Instead, I have an entirely new body, new place, new time. Inside of the practice is a sweet sense of calm. I wobble like a pregnant lady. Getting up and down is a bit harder. I feel a new sense of empathy and connection to my injured, fatigued, and beginner students; I am here, beginning again.

Everything will change. And this, too, is not forever.

If you wait until you’re ready, you’ll never do it.

This has been my Dad’s advice on pregnancy (and other things!) for the last ten or more years. He’s always reminded me that you’re never really ready for what’s next, and if you wait until you feel ready, all you’ll be doing is waiting.

Jump in while you’re not ready and then figure it out as you go.

That’s exactly where I feel like I am.

Make a plan. And remember, nothing goes accordingly to plan.

We plan when we think we have all the information in front of us, but we can’t have everything as a known. There will be new unknowns as we march down time’s ruler. So plan enough, and get going — because nothing goes according to plan.

This is another one of Dad’s sayings. We’re both Type A planners, and we joke that there are things like kids and weather to remind us that we can’t plan for everything, and we have to learn how to live in a decidedly unplanned reality. Kids won’t follow your plans, and, in some ways, that’s part of the fun of it.

There are a lot of tears.

There’s a hormonal cocktail inside of me as my body whirs up and gets ready to build another human. In some ways, it feels like I’m navigating my teenage years again, something I was happy to be done with. In other ways, it feels as though I’m feeling everything acutely in a way that lets me experience a deeper sense of connection.

I’m grateful that my body knows what it’s doing.

If I had to sit down with a pen and plan out all the steps of building a human from scratch, I’d end up with a disaster. Build the arms first? What does the placenta do? How do we get the head to fit in there?

It’s a gratitude that my body can kick in and do this thing, this deepest, wisest thing that’s automatic and beyond me. It’s something our human bodies do, and they perform millions of actions in sequence without my conscious direction. Witnessing this tremendous shift makes me aware of the ways in which my body is operating harmoniously in so many other areas of my life.

There’s a deep sense of peace.

In the beginning, I think I was shocked for a few months. I really had no idea how I was going to do it and how much was going to change.

Lately, with more swimming, yoga, and movement, I’ve felt a sense of calm and peace come to me. (It’s there alongside the worry and the fear.)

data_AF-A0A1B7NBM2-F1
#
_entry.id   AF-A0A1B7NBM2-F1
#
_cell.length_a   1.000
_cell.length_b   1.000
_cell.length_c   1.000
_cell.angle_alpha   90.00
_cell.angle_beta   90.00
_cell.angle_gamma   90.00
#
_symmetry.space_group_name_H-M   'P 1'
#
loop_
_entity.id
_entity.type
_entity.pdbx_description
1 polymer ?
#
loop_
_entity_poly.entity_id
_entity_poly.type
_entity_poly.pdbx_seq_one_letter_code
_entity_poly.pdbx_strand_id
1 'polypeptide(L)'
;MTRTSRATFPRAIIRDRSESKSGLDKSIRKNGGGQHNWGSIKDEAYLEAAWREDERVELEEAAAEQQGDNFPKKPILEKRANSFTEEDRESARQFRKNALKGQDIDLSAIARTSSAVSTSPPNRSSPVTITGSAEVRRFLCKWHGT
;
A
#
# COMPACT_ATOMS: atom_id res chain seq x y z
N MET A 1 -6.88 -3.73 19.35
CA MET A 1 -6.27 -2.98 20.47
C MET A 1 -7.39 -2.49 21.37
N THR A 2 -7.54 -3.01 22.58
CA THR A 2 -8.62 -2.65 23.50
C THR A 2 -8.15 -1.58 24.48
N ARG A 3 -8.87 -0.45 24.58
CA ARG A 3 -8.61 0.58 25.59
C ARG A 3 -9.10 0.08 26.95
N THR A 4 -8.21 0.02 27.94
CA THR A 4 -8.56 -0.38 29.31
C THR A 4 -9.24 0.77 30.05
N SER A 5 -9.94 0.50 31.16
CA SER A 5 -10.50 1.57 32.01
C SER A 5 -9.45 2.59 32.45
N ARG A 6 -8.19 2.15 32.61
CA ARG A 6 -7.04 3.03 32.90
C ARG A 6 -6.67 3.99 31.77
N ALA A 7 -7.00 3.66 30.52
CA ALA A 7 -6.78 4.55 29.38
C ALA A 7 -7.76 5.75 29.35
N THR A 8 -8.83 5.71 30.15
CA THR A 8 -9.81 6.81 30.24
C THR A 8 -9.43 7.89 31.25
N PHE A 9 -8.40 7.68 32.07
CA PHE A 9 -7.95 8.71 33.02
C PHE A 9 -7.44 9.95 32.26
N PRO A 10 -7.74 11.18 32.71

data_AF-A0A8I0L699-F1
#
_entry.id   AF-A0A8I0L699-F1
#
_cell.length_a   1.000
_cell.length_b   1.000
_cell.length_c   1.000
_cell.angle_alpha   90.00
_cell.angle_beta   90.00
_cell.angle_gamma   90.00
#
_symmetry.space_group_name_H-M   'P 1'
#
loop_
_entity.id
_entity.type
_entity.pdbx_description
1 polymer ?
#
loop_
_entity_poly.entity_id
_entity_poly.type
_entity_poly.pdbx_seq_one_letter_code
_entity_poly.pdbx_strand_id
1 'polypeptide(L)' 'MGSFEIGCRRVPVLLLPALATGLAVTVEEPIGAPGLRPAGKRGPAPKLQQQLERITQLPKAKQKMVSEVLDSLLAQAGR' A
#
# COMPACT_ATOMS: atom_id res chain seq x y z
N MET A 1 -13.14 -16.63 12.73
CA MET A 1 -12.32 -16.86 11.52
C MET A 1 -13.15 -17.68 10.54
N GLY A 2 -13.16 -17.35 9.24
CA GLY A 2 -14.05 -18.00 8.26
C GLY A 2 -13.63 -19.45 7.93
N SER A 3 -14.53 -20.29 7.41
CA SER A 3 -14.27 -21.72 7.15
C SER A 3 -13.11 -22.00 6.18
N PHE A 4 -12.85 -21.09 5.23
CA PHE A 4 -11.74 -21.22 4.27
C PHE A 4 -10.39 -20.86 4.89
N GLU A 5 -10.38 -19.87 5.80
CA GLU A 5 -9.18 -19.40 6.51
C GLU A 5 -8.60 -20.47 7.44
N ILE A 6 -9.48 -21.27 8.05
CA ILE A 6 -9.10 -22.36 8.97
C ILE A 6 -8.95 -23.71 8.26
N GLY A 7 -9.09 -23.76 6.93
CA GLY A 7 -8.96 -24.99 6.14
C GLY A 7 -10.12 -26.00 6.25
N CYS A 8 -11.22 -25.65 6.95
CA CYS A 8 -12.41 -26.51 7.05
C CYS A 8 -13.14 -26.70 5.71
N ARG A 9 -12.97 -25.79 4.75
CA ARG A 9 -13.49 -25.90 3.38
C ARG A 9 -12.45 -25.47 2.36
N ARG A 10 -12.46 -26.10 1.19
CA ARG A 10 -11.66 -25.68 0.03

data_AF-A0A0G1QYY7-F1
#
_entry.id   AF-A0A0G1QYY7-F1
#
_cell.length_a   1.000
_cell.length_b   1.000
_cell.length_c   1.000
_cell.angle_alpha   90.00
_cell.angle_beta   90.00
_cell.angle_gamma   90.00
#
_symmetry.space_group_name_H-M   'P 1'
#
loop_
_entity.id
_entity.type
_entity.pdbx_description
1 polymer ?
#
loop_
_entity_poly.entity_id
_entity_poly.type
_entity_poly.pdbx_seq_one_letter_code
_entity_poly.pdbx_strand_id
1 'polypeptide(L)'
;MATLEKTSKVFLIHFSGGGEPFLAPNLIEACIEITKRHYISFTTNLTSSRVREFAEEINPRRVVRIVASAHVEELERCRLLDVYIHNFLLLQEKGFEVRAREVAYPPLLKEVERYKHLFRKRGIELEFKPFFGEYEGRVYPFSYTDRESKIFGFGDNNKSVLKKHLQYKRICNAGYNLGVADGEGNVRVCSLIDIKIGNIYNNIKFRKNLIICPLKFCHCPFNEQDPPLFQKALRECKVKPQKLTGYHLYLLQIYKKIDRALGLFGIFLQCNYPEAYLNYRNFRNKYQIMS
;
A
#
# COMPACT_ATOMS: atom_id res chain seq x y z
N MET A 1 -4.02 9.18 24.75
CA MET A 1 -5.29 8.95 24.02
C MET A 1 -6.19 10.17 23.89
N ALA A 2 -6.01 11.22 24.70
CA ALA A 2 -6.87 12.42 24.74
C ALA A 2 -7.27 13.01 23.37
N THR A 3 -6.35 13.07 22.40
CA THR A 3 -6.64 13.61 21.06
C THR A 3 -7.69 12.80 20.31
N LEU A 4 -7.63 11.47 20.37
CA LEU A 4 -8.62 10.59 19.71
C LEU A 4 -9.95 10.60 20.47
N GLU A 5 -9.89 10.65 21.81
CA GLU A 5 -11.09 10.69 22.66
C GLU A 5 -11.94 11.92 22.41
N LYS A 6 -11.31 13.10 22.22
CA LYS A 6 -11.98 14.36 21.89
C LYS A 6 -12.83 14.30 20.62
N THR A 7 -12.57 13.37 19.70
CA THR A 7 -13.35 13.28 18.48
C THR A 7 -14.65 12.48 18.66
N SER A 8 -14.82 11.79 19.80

Even when I’m scared, worried, and frustrated, there’s a deep sense of calm about all of this: we’ll figure it out, it’ll look messy, we’ll do a million things wrong — and it’ll be wonderful. We’re going to be just fine. In fact, this will be great.

And other people will tell you their secrets, too!

When I sent out an announcement to my friends and family, I found out from several people that they, too, are expecting, and it was such a joy! I’ve also experienced dozens of people asking me questions about the process, wondering how to plan ahead, asking me when we decided we were ready, what books we were reading, whether or not we knew that we wanted to start a family — and more.

If you’re in the same boat or you’re thinking about your own future, here’s a few of my favorite books so far:

What questions or advice do you have? Do you have a favorite book that you love on parenting, babies, pregnancy, or a related topic? Anything you’d love for me to write about?


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4 Responses to Starting A New Life

  1. Clare says:

    Many, many congratulations to you & Alex, Sarah. What an adventure! Lovely to see an Irish author (Anne Enright) on your reading list too. She’s a gem. Clare x

    • Sarah says:

      Thank you so much Clare! And yes, Anne Enright is a delight, love her work. Hope you’re having fun around the world and let me know when you’re back in NYC!

  2. Hey Sarah! I just finished Bringing up Bebe over the holiday break (per your suggestion) and it blew my mind. So great! I’d like to be exposed to more stories about good examples of parenting, and how having kids doesn’t necessarily having to follow the “standard narrative” (ie. people that who seem to give up their entire identity for 18 years after they have children). Which of these books might you recommend to me to read next? As you know, I don’t have children, but I’m curious to learn more about what goes into it.

    • Sarah says:

      YAY! Glad you liked “Bringing Up Bebe”! I love its alternative view from typical American “parenting-is-everything-children-are-god” views. I haven’t found as many like it, although I would love to.

      From this list, I think the next best one would probably be “Making Babies” by Anne Enright. It’s a great look at how wacky it can be to become a parent, with some of the realism I love about writers who aren’t glorifying parenthood or babies. The other good one might be Anne Lamott’s, because you realize how challenging it was for her to have a kid (she was unexpectedly single and pregnant at 35) and how that influenced her life. Both were great narrative reads.